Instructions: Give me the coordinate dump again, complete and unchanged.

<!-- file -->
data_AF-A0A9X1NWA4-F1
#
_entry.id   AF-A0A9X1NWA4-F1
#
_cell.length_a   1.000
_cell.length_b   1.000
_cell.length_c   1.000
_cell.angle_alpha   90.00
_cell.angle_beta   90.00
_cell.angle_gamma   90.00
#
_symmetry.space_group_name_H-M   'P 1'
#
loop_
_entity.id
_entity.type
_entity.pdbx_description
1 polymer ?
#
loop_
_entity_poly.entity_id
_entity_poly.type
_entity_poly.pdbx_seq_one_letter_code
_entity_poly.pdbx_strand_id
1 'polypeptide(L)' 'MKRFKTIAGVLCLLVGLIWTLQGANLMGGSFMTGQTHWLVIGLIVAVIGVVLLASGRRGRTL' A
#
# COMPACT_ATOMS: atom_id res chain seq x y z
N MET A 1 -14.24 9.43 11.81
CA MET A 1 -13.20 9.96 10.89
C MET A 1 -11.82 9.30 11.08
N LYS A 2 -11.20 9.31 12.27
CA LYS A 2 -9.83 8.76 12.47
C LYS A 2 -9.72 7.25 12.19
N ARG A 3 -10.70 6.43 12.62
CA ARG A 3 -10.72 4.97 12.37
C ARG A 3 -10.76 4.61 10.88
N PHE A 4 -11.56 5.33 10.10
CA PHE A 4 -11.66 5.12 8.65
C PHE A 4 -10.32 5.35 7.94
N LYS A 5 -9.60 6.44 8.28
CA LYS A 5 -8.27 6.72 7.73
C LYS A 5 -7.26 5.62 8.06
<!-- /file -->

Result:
data_AF-A0A9X1NWA4-F1
#
_entry.id   AF-A0A9X1NWA4-F1
#
_cell.length_a   1.000
_cell.length_b   1.000
_cell.length_c   1.000
_cell.angle_alpha   90.00
_cell.angle_beta   90.00
_cell.angle_gamma   90.00
#
_symmetry.space_group_name_H-M   'P 1'
#
loop_
_entity.id
_entity.type
_entity.pdbx_description
1 polymer ?
#
loop_
_entity_poly.entity_id
_entity_poly.type
_entity_poly.pdbx_seq_one_letter_code
_entity_poly.pdbx_strand_id
1 'polypeptide(L)' 'MKRFKTIAGVLCLLVGLIWTLQGANLMGGSFMTGQTHWLVIGLIVAVIGVVLLASGRRGRTL' A
#
# COMPACT_ATOMS: atom_id res chain seq x y z
N MET A 1 -14.24 9.43 11.81
CA MET A 1 -13.20 9.96 10.89
C MET A 1 -11.82 9.30 11.08
N LYS A 2 -11.20 9.31 12.27
CA LYS A 2 -9.83 8.76 12.47
C LYS A 2 -9.72 7.25 12.19
N ARG A 3 -10.70 6.43 12.62
CA ARG A 3 -10.72 4.97 12.37
C ARG A 3 -10.76 4.61 10.88
N PHE A 4 -11.56 5.33 10.10
CA PHE A 4 -11.66 5.12 8.65
C PHE A 4 -10.32 5.35 7.94
N LYS A 5 -9.60 6.44 8.28
CA LYS A 5 -8.27 6.72 7.73
C LYS A 5 -7.26 5.62 8.06